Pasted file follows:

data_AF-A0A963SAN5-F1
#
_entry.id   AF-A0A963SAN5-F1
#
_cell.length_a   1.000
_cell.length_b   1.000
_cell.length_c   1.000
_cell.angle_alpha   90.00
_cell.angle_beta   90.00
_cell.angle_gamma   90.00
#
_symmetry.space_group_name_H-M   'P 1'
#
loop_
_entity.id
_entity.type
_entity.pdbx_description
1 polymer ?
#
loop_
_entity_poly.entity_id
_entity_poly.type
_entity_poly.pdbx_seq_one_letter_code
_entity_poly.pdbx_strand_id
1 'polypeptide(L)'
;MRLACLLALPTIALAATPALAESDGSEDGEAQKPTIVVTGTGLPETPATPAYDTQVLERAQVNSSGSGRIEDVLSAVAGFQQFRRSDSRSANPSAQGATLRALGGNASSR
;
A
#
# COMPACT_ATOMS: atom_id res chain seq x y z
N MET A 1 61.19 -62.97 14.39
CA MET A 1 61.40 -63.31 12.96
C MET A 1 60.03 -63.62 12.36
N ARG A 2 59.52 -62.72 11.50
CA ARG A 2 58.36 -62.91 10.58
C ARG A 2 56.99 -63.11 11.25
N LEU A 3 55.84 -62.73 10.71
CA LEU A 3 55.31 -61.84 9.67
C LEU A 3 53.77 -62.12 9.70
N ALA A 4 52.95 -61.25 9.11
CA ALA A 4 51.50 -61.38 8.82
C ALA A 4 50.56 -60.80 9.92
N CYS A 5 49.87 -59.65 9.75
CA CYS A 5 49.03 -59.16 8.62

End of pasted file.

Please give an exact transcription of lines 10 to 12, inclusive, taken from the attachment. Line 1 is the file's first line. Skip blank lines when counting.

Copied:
_cell.angle_gamma   90.00
#
_symmetry.space_group_name_H-M   'P 1'